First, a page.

3.3.4 The MoHFW should have three national web-portals – one for collecting information related to health management, another for its regulatory and stewardship functions and the third as a public interface on health information and for health promotion. These could be integrated into one, but to prevent information overload and in order to maintain user friendliness, it is perhaps best to keep them as three separate portals with interconnectivity. These web-portals would be able to communicate with and complement State
systems and acquire their information needs from the latter.

3.3.5 The MoHFW should specify its minimum information requirements for policy, for resource allocation and for management purposes and the States should ensure that their systems are designed to deliver this electronically to the web-portals at desired levels of frequency and quality. While the State and District health systems are designed primarily for local action, they should also be able to generate the requisite information and send it in the format required by the Centre.

3.3.6 States should be encouraged to build HIS by upgrading their existing routine data collection systems. Facilities, their staff and other professionals should be trained to handle and benefit from the opportunity offered by better access to data.

3.3.7 Some of the States are ready to make the transition to EMR and they should be encouraged to do so. In case of other States, EMR could be introduced only for in-patients or for certain category of patients who need sustained and portable follow-up records. The emphasis at this juncture should be on generating public health data requirements through IT resources.

3.3.8 The major portion of public investment in the field of information technology in healthcare should go into institutional capacity building for understanding and use of information. Incurring large expenditures on hardware and software without making matching inputs in capacity development and institutionalization would be an error. As part of this, every State should have skilled human resource at both the State and District levels. This would require a mix of those with IT skills and those with public health informatics skills. Statisticians and demographers have a role to play, but without a good grasp of public health informatics as also information technology, they would be unable to contribute to the changing nature of this area of work.

State specific centres for health information, either stand-alone, or embedded in existing institutions would be essential, along with District teams of three to five persons for managing information flows and interpreting information. The resources available with Programme Management Units under NRHM could be augmented for this purpose.

3.3.9 The use of ICT in health education, public health status analysis and in the generation of health related research should be expanded. These three functions should be located in appropriate national centres.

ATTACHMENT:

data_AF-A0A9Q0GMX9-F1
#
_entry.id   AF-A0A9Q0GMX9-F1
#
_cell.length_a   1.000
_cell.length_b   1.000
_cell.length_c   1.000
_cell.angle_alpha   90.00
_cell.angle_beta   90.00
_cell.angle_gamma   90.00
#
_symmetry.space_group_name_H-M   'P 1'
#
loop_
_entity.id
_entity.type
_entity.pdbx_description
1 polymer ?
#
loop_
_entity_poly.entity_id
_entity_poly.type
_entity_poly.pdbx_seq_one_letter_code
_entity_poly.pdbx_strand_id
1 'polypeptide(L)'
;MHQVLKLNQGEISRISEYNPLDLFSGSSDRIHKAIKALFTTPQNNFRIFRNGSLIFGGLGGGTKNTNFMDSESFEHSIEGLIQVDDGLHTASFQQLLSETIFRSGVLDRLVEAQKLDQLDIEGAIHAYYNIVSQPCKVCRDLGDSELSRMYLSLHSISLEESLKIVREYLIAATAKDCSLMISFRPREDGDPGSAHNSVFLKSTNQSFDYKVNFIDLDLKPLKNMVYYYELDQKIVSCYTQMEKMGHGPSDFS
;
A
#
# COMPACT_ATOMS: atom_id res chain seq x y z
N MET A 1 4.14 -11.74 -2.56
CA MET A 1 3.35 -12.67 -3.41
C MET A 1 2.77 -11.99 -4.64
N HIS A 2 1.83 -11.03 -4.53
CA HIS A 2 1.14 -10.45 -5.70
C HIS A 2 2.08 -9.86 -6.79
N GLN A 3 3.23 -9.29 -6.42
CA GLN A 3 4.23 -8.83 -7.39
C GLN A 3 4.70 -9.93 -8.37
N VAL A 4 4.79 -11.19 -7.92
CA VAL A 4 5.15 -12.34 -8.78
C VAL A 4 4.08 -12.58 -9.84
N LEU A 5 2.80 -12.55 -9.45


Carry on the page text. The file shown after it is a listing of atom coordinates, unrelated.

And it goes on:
3.3.10 Information generated from the proposed HIS should be used at all levels to plan, execute and evaluate performance.

3.3.11 A computer with internet connectivity should be ensured in every PHC and all higher health facilities in this Plan period. Connectivity can be extended to Sub-Centres either through computers or through cell phones, depending on their state of readiness and the skill-set of their functionaries. All District hospitals should be linked by tele-medicine channels to leading tertiary care centres, and all intra-District hospitals should be linked to the District hospital and optionally to higher centres. The availability of “Skype”, and other similar applications for audio-visual interactions, makes tele-medicine a near universal possibility and could be used to ameliorate the professional isolation that health personnel posted in rural and remote areas face.

3.3.12 M-Health, the use of mobile phones to speed up transmission of data and reduce burden of work in reporting, to improve connectivity between providers, and as a vehicle of health communication should be built upon. Services like information on empaneled providers in an area, advice on the nearest provider in the event of an emergency, advice on healthy living and preventive practices need to be made available on one standard number (like 100 for police ) in each State. This could be the first level of information before the patient chooses his healthcare service provider.

3.3.13 With respect to governance, the advantages of transparency in Government processes are many and obvious and these should be fully utilized. Not only is it a matter of compliance with the Right to Information Act but also adds to citizens’ participation, trust
and goodwill. The opportunities offered by use of IT in ensuring accountability of peripheral staff or in prevention of fraud, as in checking on payments to beneficiaries, need to be carefully evaluated, before it is generalized. At any rate, policing should at best be a minor, collateral function of ICT in the health sector.

3.3.14 All ICTs in health, whether in the States or at the Centre should be professionally evaluated for performance against stated objectives and for their contribution to national health outcome indicators.

3.3.15 Assets created and experience gained in the Integrated Disease Surveillance Project should be used to build a complete HIS outlined above.

Download Report of the Steering Committee on Health for the 12th Five Year Plan.

1 Comment

Leave a Reply

Your email address will not be published.